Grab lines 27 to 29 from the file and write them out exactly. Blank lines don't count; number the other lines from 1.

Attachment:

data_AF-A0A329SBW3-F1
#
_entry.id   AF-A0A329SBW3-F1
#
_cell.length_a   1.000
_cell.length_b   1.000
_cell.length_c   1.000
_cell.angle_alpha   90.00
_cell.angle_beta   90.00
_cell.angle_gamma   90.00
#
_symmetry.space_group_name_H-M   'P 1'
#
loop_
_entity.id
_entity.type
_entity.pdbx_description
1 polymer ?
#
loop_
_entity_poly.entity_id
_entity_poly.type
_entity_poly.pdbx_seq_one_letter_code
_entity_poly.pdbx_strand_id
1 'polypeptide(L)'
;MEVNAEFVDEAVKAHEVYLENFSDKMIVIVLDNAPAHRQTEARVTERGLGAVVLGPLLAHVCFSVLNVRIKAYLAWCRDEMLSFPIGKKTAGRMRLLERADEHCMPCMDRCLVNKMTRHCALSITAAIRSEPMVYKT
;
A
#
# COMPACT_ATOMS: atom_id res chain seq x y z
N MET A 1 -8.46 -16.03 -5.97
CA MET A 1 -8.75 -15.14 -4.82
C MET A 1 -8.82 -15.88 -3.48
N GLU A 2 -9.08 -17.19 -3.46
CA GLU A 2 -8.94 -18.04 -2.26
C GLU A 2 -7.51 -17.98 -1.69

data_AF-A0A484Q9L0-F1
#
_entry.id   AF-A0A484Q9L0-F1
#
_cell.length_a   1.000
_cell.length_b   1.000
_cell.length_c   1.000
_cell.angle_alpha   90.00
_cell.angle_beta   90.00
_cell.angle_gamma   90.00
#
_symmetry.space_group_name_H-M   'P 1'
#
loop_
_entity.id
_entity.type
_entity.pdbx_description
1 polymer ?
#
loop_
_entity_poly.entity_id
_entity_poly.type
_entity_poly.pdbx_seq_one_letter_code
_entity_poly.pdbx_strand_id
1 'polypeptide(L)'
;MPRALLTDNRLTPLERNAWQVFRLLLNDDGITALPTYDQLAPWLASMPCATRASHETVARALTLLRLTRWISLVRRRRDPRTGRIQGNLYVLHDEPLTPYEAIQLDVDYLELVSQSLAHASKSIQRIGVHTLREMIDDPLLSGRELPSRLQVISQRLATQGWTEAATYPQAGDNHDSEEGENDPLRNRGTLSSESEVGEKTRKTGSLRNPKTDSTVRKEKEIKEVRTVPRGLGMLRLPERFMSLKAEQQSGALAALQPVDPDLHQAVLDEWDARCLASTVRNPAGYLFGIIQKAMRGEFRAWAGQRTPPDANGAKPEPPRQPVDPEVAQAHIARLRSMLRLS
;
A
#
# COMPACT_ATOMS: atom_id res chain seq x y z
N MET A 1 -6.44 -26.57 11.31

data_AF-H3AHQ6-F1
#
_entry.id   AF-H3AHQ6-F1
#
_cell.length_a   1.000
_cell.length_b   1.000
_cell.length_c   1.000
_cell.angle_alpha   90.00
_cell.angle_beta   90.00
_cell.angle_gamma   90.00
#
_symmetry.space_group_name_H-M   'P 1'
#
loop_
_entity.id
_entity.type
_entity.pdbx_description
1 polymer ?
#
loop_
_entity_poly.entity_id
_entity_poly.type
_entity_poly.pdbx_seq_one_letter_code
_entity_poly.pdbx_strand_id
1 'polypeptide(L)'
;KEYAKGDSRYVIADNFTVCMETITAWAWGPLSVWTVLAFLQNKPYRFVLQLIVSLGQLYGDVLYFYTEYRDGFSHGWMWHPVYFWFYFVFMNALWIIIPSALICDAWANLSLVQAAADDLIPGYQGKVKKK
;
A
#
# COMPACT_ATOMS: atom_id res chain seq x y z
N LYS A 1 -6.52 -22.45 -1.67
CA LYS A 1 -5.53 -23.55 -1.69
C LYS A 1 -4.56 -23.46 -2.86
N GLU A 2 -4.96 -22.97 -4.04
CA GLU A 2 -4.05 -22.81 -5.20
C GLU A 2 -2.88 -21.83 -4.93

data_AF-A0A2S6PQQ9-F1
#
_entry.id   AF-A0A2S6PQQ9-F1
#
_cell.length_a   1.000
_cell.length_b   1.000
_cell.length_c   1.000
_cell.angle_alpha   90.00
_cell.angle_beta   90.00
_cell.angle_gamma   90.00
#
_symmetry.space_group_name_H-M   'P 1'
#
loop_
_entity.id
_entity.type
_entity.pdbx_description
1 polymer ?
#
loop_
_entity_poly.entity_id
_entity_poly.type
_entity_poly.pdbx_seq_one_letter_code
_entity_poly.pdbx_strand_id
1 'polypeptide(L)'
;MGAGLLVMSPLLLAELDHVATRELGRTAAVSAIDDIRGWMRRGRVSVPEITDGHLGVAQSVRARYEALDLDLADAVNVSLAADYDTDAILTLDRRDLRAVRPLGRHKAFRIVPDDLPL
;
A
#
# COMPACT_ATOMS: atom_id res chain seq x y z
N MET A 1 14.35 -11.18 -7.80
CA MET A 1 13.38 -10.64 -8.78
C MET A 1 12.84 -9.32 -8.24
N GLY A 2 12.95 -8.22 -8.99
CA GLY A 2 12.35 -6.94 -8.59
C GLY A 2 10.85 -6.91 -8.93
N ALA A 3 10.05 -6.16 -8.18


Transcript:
;
A
#